Rev. Alban Butler (171173). Volume VI: June. The Lives of the Saints. 1866.
St. Dorotheus of Tyre, Martyr
HE was a priest, some say bishop of Tyre in Phnicia, and suffered much for the faith under Dioclesian, as the ancient Martyrologies testify. He is said to have survived his torments, and to have reached the times of Julian the Apostate.
St. Theophanes, Anastasius the librarian, and the modern. Greeks tells us, that he completed his martyrdom at Odyssopolis in Thrace.1 Another Dorotheus, a martyr, chamberlain of Dioclesian, is mentioned by Eusebius,2 and honoured with St. Gorgonius: see the 9th of September. The same historian speaks of a third Dorotheus, a priest of Antioch in the same age, a most holy man, and perfectly skilled in the scriptures and in the Hebrew tongue.3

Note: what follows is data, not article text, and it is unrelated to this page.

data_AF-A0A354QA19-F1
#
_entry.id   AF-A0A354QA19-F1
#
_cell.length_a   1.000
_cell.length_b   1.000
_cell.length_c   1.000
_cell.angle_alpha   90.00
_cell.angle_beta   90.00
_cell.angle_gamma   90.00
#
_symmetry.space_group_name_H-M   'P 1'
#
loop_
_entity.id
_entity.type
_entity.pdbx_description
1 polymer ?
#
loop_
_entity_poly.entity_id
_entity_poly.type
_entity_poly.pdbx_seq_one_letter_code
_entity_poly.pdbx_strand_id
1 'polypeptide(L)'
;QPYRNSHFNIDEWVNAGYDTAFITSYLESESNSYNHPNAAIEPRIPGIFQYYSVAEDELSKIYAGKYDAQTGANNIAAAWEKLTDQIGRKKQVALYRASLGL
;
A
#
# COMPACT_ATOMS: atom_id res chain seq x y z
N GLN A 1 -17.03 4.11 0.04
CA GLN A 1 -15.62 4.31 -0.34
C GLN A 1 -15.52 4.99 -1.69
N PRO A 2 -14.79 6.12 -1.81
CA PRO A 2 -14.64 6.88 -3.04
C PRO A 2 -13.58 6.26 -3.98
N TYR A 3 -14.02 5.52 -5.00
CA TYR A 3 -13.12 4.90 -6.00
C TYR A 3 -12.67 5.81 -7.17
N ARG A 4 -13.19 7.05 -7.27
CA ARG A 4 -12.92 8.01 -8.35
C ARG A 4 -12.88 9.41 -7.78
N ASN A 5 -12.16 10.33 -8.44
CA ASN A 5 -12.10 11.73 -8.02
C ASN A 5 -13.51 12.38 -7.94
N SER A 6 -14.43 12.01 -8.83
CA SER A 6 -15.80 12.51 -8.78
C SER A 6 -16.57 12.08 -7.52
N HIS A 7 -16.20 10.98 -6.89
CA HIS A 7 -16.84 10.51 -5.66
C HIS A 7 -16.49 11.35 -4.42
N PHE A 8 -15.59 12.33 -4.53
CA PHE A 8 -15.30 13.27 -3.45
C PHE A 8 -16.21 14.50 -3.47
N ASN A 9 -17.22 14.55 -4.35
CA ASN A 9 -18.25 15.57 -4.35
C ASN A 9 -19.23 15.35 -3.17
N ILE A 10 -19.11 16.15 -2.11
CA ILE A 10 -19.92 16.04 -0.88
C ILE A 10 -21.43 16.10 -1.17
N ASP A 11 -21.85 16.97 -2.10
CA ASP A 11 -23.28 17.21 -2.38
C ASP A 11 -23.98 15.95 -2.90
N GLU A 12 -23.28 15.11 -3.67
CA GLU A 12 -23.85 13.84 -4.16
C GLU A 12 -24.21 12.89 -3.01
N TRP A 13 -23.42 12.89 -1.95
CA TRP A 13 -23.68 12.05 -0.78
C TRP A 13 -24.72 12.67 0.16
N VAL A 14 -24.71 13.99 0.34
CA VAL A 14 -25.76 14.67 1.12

Note 1. The Synopsis of the Lives of the Prophets, Apostles, and Disciples, which bears the name of Dorotheus of Tyre, is the work of a modern Greek of no account, stuffed with fables, of which it was a fruitful source to Nicephorus Calixtus, a credulous and injudicious Greek, compiler of ecclesiastical history in the fourteenth century. See Bellarmin, de Scriptor. Tillemont, &c. [back]